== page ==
It will be essential to find a steady rhythm from the start on this 553 nautical mile leg. From the start off Pornichet on Sunday the fleet should have a wind flow of W-SW of around 10kts, ideal for the first opening 11-mile circuit. Then they head to a turn for a mark at Port Bourgenay before leaving Noirmoutier to port (57 miles after the start) as the wind veers west and eases.

From there it is 435 miles to reach the famous Fastnet light, probably racing through the Raz de Sein, and here there might be some chances for the weather experts to find the best of a Westerly flow.

Monday night, the wind seems to move to the South West around 12 knots or so to climb out to the Scilly Isles, the milestone leading to the Celtic Sea crossing out to the rock and then 50 miles back along the Irish coasts where the tidal coefficient is 89 in a Northerly offshore breeze.

Reaching Kinsale in touch with the leading peloton, the top overall group, will be essential. On such long stages – the second stage is 630nms, the third 450nms and the last 500nms – any initial big gaps are only likely to increase. So the first leg might be key.

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Ireland & La Solitaire du Figaro

The Solitaire du Figaro, was originally called the course de l’Aurore until 1980, was created in 1970 by Jean-Louis Guillemard and Jean-Michel Barrault.

Half a decade later, the race has created some of France's top offshore sailors, and it celebrated its 50th anniversary with a new boat equipped with foils and almost 50 skippers Including novices, aficionados and six former winners.

The solo multi-stage offshore sailing race is one of the most cherished races in French sailing and one that has had Irish interest stretching back over 20 years due to the number of Irish stopovers, usually the only foreign leg of the French race.

What Irish ports have hosted The Solitaire du Figaro?

The race has previously called to Ireland to the following ports; Dingle, Kinsale, Crosshaven, Howth and Dun Laoghaire.

What Irish sailors have raced The Solitaire du Figaro?

So far there have been seven Irish skippers to participate in La Solitaire du Figaro. 

In 1997, County Kerry's Damian Foxall first tackled the Figaro from Ireland. His win in the Rookie division in DHL gave him the budget to compete again the following year with Barlo Plastics where he won the final leg of the race from Gijon to Concarneau. That same year a second Irish sailor Marcus Hutchinson sailing Bergamotte completed the course in 26th place and third Rookie.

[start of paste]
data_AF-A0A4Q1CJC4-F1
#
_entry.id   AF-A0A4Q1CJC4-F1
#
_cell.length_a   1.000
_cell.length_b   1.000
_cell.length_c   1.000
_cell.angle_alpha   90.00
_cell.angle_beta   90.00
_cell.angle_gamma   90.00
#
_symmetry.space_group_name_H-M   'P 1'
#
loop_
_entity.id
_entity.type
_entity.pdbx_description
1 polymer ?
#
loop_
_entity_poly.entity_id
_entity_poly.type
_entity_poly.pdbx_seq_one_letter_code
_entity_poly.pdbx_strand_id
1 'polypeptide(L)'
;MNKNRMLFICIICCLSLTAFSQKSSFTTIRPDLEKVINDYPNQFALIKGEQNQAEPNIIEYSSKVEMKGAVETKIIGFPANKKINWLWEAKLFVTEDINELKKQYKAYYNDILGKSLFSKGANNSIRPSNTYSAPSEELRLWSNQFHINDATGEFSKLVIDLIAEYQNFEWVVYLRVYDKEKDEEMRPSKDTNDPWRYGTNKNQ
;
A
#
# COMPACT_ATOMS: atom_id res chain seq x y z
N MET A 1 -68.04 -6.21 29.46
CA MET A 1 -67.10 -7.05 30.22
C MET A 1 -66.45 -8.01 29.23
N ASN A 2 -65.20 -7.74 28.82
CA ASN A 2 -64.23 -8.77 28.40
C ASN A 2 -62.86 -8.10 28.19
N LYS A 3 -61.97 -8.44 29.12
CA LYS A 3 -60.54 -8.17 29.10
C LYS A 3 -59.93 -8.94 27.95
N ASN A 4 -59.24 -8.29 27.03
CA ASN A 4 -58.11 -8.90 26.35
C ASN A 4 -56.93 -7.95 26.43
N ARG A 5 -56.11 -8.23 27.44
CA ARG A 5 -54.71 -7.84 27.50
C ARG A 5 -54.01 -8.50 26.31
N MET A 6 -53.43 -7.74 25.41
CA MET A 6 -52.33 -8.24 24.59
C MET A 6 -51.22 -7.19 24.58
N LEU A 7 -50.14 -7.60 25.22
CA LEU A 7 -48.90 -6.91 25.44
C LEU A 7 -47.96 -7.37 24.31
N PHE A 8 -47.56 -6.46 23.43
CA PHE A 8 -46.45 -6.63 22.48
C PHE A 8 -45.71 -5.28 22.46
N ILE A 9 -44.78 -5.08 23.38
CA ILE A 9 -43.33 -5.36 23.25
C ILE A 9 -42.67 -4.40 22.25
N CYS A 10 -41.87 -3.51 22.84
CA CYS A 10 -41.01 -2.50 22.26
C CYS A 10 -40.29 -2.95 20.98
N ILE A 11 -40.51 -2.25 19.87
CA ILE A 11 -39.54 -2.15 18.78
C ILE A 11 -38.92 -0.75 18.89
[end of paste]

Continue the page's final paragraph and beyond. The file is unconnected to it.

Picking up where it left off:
In 2000, Hutchinson of Howth Yacht Club completed the course again with IMPACT, again finishing in the twenties.

In 2006, Paul O’Riain became the third Irish skipper to complete the course.

In 2013, Royal Cork's David Kenefick raised the bar by becoming a top rookie sailor in the race. 

In 2018, for the first time, Ireland had two Irish boats in the offshore race thanks to Tom Dolan and Joan Mulloy who joined the rookie ranks and kept the Irish tricolour flying high in France. Mulloy became the first Irish female to take on the race.

Tom Dolan in Smurfit Kappa competed for his third year in 2020 after a 25th place finish in 2019. Dolan sailed a remarkably consistent series in 2020 and took fifth overall, the best finish by a non-French skipper since 1997 when Switzerland’s Dominique Wavre finished runner up. Dolan wins the VIVI Trophy.

Dolan finished 10th on the first stage, 11th on the second and seventh into Saint Nazaire at the end of the third stage. Stage four was abandoned due to lack of wind. 

Also in 2020, Dun Laoghaire’s Kenneth Rumball became the eleventh Irish sailor to sail the Figaro.

At A Glance – Figaro Race

  • It starts in June or July from a French port.
  • The race is split into four stages varying from year to year, from the length of the French coast and making up a total of around 1,500 to 2,000 nautical miles (1,700 to 2,300 mi; 2,800 to 3,700 km) on average.
  • Over the years the race has lasted between 10 and 13 days at sea.
  • The competitor is alone in the boat, participation is mixed.
  • Since 1990, all boats are of one design.

2023 La Solitaire du Figaro Course

Stage #1 Caen – Kinsale : 610 nautical miles
Departure August 27 (expected arrival August 30)

Stage #2 Kinsale – Baie de Morlaix : 630 nautical miles
Departure September 3 (expected arrival September 6)

Stage #3 Baie de Morlaix – Piriac-sur-Mer : 620 nautical miles
Departure September 10 (expected arrival September 13)